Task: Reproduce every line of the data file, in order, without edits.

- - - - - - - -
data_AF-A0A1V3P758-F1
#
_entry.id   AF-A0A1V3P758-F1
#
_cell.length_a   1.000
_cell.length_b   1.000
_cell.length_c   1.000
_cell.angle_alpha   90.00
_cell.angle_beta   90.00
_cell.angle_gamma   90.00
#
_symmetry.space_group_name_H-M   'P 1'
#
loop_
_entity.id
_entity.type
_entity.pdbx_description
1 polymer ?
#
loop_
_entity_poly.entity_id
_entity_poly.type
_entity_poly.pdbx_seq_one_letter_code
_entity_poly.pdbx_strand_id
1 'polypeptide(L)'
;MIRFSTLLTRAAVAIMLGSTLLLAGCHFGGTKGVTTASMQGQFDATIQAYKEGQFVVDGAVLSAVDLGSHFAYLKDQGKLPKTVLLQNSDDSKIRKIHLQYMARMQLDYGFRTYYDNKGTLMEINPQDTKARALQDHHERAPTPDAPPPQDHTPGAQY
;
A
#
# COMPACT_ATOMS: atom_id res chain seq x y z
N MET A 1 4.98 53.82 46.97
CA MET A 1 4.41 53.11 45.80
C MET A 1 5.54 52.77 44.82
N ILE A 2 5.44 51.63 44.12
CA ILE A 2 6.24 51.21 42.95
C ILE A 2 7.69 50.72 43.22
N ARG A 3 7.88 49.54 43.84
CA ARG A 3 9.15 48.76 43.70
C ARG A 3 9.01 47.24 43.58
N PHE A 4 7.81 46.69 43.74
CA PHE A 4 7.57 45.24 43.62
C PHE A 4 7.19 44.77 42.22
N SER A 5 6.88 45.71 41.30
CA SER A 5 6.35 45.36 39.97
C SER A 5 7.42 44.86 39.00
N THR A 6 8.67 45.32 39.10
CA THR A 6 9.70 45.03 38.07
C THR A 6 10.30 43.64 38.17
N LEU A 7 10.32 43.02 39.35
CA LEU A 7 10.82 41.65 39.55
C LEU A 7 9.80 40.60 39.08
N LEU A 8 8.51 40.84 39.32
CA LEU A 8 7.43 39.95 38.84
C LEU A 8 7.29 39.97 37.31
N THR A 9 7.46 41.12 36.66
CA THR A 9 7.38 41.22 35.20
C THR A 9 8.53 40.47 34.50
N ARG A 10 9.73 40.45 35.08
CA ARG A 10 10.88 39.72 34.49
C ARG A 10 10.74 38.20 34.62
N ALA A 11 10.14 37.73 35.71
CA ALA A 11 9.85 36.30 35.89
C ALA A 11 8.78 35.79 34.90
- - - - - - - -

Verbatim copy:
data_AF-A0A1V3P758-F1
#
_entry.id   AF-A0A1V3P758-F1
#
_cell.length_a   1.000
_cell.length_b   1.000
_cell.length_c   1.000
_cell.angle_alpha   90.00
_cell.angle_beta   90.00
_cell.angle_gamma   90.00
#
_symmetry.space_group_name_H-M   'P 1'
#
loop_
_entity.id
_entity.type
_entity.pdbx_description
1 polymer ?
#
loop_
_entity_poly.entity_id
_entity_poly.type
_entity_poly.pdbx_seq_one_letter_code
_entity_poly.pdbx_strand_id
1 'polypeptide(L)'
;MIRFSTLLTRAAVAIMLGSTLLLAGCHFGGTKGVTTASMQGQFDATIQAYKEGQFVVDGAVLSAVDLGSHFAYLKDQGKLPKTVLLQNSDDSKIRKIHLQYMARMQLDYGFRTYYDNKGTLMEINPQDTKARALQDHHERAPTPDAPPPQDHTPGAQY
;
A
#
# COMPACT_ATOMS: atom_id res chain seq x y z
N MET A 1 4.98 53.82 46.97
CA MET A 1 4.41 53.11 45.80
C MET A 1 5.54 52.77 44.82
N ILE A 2 5.44 51.63 44.12
CA ILE A 2 6.24 51.21 42.95
C ILE A 2 7.69 50.72 43.22
N ARG A 3 7.88 49.54 43.84
CA ARG A 3 9.15 48.76 43.70
C ARG A 3 9.01 47.24 43.58
N PHE A 4 7.81 46.69 43.74
CA PHE A 4 7.57 45.24 43.62
C PHE A 4 7.19 44.77 42.22
N SER A 5 6.88 45.71 41.30
CA SER A 5 6.35 45.36 39.97
C SER A 5 7.42 44.86 39.00
N THR A 6 8.67 45.32 39.10
CA THR A 6 9.70 45.03 38.07
C THR A 6 10.30 43.64 38.17
N LEU A 7 10.32 43.02 39.35
CA LEU A 7 10.82 41.65 39.55
C LEU A 7 9.80 40.60 39.08
N LEU A 8 8.51 40.84 39.32
CA LEU A 8 7.43 39.95 38.84
C LEU A 8 7.29 39.97 37.31
N THR A 9 7.46 41.12 36.66
CA THR A 9 7.38 41.22 35.20
C THR A 9 8.53 40.47 34.50
N ARG A 10 9.73 40.45 35.08
CA ARG A 10 10.88 39.72 34.49
C ARG A 10 10.74 38.20 34.62
N ALA A 11 10.14 37.73 35.71
CA ALA A 11 9.85 36.30 35.89
C ALA A 11 8.78 35.79 34.90